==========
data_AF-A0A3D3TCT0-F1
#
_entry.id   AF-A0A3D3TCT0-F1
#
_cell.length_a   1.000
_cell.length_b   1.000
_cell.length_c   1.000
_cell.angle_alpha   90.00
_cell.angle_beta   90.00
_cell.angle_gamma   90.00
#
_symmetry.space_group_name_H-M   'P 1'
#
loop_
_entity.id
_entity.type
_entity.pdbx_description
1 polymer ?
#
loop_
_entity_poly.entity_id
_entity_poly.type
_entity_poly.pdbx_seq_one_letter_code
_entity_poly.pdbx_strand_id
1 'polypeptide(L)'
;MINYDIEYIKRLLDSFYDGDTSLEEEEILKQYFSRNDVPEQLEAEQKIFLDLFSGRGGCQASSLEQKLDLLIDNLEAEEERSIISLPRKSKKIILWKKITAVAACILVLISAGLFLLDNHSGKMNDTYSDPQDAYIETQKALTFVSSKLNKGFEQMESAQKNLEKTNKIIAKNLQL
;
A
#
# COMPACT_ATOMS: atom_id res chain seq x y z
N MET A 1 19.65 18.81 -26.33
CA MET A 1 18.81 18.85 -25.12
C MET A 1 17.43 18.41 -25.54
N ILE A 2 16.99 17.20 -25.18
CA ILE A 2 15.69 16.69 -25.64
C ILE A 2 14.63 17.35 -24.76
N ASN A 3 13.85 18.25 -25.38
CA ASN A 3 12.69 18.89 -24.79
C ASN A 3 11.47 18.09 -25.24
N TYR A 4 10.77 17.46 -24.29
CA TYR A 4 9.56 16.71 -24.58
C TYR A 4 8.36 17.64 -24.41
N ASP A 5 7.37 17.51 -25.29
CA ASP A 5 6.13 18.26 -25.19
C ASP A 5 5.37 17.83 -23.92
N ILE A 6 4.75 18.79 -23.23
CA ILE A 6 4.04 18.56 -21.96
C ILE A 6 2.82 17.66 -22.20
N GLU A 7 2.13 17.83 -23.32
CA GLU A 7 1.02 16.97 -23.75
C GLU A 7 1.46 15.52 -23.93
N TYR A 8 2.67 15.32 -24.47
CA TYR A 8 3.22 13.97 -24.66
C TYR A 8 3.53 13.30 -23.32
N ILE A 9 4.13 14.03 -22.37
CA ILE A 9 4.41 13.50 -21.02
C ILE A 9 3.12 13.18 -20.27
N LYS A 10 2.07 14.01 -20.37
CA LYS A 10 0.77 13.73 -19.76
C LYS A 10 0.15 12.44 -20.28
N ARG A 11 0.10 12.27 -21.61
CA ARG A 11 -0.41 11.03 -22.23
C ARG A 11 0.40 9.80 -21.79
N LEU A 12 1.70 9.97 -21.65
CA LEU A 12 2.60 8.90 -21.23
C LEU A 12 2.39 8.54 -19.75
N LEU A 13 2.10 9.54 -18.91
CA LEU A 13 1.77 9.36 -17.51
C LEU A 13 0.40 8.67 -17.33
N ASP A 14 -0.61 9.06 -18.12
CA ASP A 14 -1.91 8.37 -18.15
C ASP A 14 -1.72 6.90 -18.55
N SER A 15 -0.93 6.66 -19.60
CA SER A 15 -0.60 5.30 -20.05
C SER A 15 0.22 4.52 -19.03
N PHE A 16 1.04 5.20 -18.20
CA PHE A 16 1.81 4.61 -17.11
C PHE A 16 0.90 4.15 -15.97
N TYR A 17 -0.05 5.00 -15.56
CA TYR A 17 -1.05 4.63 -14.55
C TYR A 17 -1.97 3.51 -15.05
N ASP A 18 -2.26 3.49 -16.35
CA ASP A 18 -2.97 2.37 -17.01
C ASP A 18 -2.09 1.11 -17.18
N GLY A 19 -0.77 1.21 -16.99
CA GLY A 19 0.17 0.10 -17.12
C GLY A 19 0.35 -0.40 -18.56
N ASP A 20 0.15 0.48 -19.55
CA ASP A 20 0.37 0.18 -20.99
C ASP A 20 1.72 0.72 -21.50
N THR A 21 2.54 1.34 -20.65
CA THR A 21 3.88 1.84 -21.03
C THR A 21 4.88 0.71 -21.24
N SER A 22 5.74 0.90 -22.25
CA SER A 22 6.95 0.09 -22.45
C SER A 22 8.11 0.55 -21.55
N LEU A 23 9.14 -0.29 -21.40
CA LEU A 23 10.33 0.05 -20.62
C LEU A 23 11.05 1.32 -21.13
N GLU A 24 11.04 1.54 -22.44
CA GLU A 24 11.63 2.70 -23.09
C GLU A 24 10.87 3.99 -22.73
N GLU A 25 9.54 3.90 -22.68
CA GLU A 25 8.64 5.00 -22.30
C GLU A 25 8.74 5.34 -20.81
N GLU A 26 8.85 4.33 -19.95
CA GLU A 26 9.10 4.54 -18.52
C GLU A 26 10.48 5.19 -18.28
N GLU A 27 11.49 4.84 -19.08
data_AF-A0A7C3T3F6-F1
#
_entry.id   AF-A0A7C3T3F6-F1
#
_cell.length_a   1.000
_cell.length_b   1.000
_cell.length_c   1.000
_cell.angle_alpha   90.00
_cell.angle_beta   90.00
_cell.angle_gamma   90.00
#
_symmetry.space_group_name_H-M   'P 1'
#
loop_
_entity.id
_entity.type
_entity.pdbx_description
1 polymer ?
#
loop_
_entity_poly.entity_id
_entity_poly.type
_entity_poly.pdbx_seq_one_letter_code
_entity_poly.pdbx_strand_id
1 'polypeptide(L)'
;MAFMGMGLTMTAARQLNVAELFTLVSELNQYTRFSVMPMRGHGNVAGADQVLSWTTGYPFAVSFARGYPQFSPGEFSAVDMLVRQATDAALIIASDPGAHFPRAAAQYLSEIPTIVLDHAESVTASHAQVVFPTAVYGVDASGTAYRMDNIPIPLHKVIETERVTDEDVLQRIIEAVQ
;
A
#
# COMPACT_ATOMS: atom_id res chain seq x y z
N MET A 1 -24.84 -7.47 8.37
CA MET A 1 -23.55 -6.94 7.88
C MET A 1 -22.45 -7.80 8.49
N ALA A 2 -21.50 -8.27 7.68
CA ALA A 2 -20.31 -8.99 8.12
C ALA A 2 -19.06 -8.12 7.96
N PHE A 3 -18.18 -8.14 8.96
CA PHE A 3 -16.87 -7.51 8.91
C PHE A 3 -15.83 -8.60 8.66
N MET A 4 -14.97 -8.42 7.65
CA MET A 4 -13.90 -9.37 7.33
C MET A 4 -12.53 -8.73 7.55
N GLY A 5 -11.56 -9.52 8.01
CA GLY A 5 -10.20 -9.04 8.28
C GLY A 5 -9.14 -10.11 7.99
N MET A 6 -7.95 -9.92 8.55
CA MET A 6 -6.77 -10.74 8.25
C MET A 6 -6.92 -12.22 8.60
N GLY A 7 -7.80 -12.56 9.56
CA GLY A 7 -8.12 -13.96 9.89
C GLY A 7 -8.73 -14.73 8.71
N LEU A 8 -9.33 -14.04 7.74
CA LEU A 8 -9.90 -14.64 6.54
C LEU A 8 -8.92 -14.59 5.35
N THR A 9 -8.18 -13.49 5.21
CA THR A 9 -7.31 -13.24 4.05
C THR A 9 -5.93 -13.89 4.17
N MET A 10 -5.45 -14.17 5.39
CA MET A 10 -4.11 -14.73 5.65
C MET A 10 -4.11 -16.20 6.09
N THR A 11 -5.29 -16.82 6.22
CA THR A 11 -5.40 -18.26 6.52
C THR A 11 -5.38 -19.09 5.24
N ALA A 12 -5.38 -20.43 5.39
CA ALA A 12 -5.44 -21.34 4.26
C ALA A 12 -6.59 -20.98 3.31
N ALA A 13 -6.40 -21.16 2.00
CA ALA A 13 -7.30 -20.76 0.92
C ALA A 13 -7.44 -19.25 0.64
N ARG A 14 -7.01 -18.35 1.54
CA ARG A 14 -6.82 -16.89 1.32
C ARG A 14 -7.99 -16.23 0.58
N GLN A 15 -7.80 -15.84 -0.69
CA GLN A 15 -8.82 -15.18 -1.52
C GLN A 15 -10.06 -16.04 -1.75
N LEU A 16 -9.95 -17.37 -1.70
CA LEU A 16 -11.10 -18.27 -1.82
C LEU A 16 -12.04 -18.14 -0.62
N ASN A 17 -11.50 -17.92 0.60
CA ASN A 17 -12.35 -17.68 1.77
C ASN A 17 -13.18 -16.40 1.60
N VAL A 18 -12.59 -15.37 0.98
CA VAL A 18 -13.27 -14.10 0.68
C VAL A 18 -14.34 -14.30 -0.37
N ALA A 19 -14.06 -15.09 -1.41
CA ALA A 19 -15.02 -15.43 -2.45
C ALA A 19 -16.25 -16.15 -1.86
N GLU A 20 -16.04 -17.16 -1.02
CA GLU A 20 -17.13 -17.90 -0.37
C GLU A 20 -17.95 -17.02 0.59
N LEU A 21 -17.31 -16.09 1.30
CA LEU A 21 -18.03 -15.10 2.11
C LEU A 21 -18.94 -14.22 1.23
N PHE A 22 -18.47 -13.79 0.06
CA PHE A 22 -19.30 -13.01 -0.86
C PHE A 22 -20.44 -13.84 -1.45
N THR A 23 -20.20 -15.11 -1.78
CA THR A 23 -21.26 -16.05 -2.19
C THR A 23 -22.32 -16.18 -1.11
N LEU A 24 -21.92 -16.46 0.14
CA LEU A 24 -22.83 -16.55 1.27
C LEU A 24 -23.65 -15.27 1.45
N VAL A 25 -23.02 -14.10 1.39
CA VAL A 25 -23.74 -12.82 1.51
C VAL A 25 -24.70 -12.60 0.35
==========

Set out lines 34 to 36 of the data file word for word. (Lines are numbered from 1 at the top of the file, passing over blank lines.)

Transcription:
N ILE A 2 16.99 17.20 -25.18
CA ILE A 2 15.69 16.69 -25.64
C ILE A 2 14.63 17.35 -24.76